January 1, 1995

3 Min Read
TECHNOLOGY: Old Materials Help Solve Modern Cleanup Problems

William D. Siuru Jr.

Scientists have turned to old materials to solve modern environmental cleanup problems.

Montan wax, a fossil-plant wax derived from coal deposits created more than 250 million years ago, is currently being tested as a barrier to inhibit the flow of toxic contaminants through soils. Developed in Germany, montan wax's applications range from highway construction projects to shoe and furniture polishes.

The wax can be injected into the soil to create an in situ barrier that prevents contaminants from migrating and eventually reaching the water table. The injection process (see chart), which does not require the soil to be removed, is one advantage of this barrier technique.

Although montan wax cannot permanently solve toxic waste problems, it can serve as a temporary barrier around holding tanks, landfills or contaminated soils until technical difficulties, fiscal constraints and scheduling problems are overcome.

An in situ barrier can reduce exposure to workers or, if leaks are detected during cleanup, it can stop the toxic materials from migrating into the groundwater. For example, the Hanford site, a former World War II plutonium production site in southeast Washington generated nearly 60 million gallons of highly toxic materials over 50 years. Large amounts of liquid, salted with smaller amounts of cesium, strontium and other radioactive isotopes are stored in 177 aging underground storage tanks. During waste retrieval, montan wax could be injected below the radioactive waste storage tanks to catch materials that leak.

The wax has been successfully injected into coarser-grained soils at the Sandia National Laboratory in New Mexico. Current tests at a site adjacent to the landfill in Richland, Wash., where the geological characteristics are suited for permeation of the montan wax, will determine if the technique can be used to clean up U.S. Department of Energy (DOE) sites. Mary Peterson, the program's coordinator, believes that the technology has the potential for broad application at DOE and other hazwastes sites.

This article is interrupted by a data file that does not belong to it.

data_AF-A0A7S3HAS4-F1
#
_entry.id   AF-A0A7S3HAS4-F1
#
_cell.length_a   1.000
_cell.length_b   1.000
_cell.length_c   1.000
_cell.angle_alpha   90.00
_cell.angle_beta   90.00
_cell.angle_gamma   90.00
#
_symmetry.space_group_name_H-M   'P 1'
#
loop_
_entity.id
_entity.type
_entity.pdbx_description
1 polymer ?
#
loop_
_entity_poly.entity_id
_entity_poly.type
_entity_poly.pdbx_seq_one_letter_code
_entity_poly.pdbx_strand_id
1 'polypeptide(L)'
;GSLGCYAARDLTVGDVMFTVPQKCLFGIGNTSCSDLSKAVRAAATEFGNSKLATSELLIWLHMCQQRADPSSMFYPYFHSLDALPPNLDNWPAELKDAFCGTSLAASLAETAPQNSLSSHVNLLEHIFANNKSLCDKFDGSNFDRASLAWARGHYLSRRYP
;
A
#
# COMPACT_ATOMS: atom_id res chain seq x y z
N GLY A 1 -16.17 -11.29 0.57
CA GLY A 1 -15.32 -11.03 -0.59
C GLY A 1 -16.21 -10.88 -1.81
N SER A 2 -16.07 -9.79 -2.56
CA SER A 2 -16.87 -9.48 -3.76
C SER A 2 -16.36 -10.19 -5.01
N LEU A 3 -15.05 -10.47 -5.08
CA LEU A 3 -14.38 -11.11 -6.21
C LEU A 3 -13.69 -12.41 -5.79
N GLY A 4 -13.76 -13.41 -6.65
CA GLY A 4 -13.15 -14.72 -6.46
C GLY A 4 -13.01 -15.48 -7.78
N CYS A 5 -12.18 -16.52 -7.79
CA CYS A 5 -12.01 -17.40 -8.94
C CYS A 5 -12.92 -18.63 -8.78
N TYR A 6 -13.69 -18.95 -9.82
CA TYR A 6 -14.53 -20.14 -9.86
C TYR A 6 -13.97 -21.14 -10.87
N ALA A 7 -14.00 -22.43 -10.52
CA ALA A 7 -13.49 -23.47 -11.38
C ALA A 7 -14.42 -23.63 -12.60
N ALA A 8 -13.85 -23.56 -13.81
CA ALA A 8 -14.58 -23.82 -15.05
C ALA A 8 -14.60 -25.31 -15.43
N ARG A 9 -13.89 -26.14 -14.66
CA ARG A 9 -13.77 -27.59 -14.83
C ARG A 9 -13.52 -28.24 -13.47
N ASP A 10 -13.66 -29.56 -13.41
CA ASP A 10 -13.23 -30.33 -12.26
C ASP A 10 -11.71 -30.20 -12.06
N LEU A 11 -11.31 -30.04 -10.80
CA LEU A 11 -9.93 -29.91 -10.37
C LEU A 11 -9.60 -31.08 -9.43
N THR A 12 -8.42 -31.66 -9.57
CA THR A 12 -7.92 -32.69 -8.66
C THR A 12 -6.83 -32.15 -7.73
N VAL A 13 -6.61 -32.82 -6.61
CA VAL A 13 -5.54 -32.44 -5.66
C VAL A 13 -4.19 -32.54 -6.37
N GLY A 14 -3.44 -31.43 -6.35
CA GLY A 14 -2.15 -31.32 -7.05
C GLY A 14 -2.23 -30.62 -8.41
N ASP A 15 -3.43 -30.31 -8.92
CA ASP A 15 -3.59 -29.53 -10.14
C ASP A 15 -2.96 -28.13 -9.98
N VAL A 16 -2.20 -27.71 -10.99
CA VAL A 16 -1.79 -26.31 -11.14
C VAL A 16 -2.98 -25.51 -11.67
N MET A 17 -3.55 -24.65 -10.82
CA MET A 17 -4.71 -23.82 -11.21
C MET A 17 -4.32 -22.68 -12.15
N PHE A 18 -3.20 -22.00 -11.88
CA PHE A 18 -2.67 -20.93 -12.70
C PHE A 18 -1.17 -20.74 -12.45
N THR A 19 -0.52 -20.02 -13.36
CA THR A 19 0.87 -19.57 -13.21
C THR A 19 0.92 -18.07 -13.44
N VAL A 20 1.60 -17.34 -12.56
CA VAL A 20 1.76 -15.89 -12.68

Because the technology is still under development, tests will be conducted to determine whether the wax is acting as a barrier to clean water filtering into an area. Uncontaminated soil will be excavated and examined to determine the distribution of the montan wax. Soil permeability measurements will be made and, if the wax barrier significantly inhibits the movement of water, the test will be considered successful.

Researchers at Pacific Northwest Laboratory's Environmental Molecular Sciences Laboratory also are investigating cost-effective techniques to safely empty and store the contents of Hanford's tanks.

Crown ethers molecules have proven useful for binding highly radioactive pollutants such as cesium and strontium. Scientists believe that once the crown ethers attach themselves to the radioactive isotopes, the molecules can separate the highly radioactive contaminants from the liquid waste. After the separation, the small amounts of cesium and strontium could be disposed in a long-term repository for high-level waste while the remaining water, now considered low-level waste, could be economically treated and disposed.

While the theory appears to be sound, crown ethers with an affinity for cesium or strontium have yet to be found. Computer modeling based on quantum and classical mechanical methods are being used to narrow down the thousands of possibilities. Although the fastest Cray supercomputers and high-speed workstations are being used, a single calculation can take as long as a month. The next generation of supercomputers will reduce calculation times to one day and will analyze more complicated molecular processes.

Under the DOE's In Situ Remediation Integrated Program, montan wax, as well as several other grout materials, are being evaluated for in situ barriers. The testing has been funded by the DOE's Office of Technology Development under a cooperative effort between PNL, Sandia National Laboratories, the City of Richland and Golder Federal Services, which originally identified montan wax as a promising barrier material.

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